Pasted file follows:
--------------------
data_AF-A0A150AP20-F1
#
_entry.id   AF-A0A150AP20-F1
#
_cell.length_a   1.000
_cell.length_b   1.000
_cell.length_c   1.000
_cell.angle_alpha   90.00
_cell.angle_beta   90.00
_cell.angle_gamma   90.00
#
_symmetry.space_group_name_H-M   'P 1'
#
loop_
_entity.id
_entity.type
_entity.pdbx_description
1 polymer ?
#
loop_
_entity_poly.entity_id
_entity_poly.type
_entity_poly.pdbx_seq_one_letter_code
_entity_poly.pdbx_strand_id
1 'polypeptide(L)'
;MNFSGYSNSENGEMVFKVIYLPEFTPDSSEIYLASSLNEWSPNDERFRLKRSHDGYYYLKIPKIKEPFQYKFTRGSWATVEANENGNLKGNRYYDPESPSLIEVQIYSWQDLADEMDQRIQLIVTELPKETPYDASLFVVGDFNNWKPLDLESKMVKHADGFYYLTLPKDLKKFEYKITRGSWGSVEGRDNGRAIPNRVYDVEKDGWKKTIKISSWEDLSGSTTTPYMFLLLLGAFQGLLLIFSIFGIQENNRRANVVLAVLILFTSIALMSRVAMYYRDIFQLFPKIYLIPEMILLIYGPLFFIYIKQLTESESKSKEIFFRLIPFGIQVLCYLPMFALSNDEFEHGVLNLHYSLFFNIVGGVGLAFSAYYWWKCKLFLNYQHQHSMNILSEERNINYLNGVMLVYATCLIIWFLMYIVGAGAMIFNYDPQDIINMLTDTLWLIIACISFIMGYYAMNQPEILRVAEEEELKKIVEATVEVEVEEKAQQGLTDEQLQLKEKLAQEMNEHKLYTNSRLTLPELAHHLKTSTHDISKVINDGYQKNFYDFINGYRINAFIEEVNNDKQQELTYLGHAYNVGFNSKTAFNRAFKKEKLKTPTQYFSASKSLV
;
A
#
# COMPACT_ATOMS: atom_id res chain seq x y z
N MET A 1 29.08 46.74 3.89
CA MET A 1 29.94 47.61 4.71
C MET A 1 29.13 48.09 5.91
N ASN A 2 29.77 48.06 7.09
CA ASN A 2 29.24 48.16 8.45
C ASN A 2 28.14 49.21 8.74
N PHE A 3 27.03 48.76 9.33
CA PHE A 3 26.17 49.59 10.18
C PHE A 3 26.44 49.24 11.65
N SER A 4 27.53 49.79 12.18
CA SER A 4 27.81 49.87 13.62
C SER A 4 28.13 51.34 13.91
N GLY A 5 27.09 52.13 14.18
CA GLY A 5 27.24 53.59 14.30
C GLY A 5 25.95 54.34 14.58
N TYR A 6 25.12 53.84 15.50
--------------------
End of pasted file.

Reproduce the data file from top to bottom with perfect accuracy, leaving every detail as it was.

data_AF-A0A150AP20-F1
#
_entry.id   AF-A0A150AP20-F1
#
_cell.length_a   1.000
_cell.length_b   1.000
_cell.length_c   1.000
_cell.angle_alpha   90.00
_cell.angle_beta   90.00
_cell.angle_gamma   90.00
#
_symmetry.space_group_name_H-M   'P 1'
#
loop_
_entity.id
_entity.type
_entity.pdbx_description
1 polymer ?
#
loop_
_entity_poly.entity_id
_entity_poly.type
_entity_poly.pdbx_seq_one_letter_code
_entity_poly.pdbx_strand_id
1 'polypeptide(L)'
;MNFSGYSNSENGEMVFKVIYLPEFTPDSSEIYLASSLNEWSPNDERFRLKRSHDGYYYLKIPKIKEPFQYKFTRGSWATVEANENGNLKGNRYYDPESPSLIEVQIYSWQDLADEMDQRIQLIVTELPKETPYDASLFVVGDFNNWKPLDLESKMVKHADGFYYLTLPKDLKKFEYKITRGSWGSVEGRDNGRAIPNRVYDVEKDGWKKTIKISSWEDLSGSTTTPYMFLLLLGAFQGLLLIFSIFGIQENNRRANVVLAVLILFTSIALMSRVAMYYRDIFQLFPKIYLIPEMILLIYGPLFFIYIKQLTESESKSKEIFFRLIPFGIQVLCYLPMFALSNDEFEHGVLNLHYSLFFNIVGGVGLAFSAYYWWKCKLFLNYQHQHSMNILSEERNINYLNGVMLVYATCLIIWFLMYIVGAGAMIFNYDPQDIINMLTDTLWLIIACISFIMGYYAMNQPEILRVAEEEELKKIVEATVEVEVEEKAQQGLTDEQLQLKEKLAQEMNEHKLYTNSRLTLPELAHHLKTSTHDISKVINDGYQKNFYDFINGYRINAFIEEVNNDKQQELTYLGHAYNVGFNSKTAFNRAFKKEKLKTPTQYFSASKSLV
;
A
#
# COMPACT_ATOMS: atom_id res chain seq x y z
N MET A 1 29.08 46.74 3.89
CA MET A 1 29.94 47.61 4.71
C MET A 1 29.13 48.09 5.91
N ASN A 2 29.77 48.06 7.09
CA ASN A 2 29.24 48.16 8.45
C ASN A 2 28.14 49.21 8.74
N PHE A 3 27.03 48.76 9.33
CA PHE A 3 26.17 49.59 10.18
C PHE A 3 26.44 49.24 11.65
N SER A 4 27.53 49.79 12.18
CA SER A 4 27.81 49.87 13.62
C SER A 4 28.13 51.34 13.91
N GLY A 5 27.09 52.13 14.18
CA GLY A 5 27.24 53.59 14.30
C GLY A 5 25.95 54.34 14.58
N TYR A 6 25.12 53.84 15.50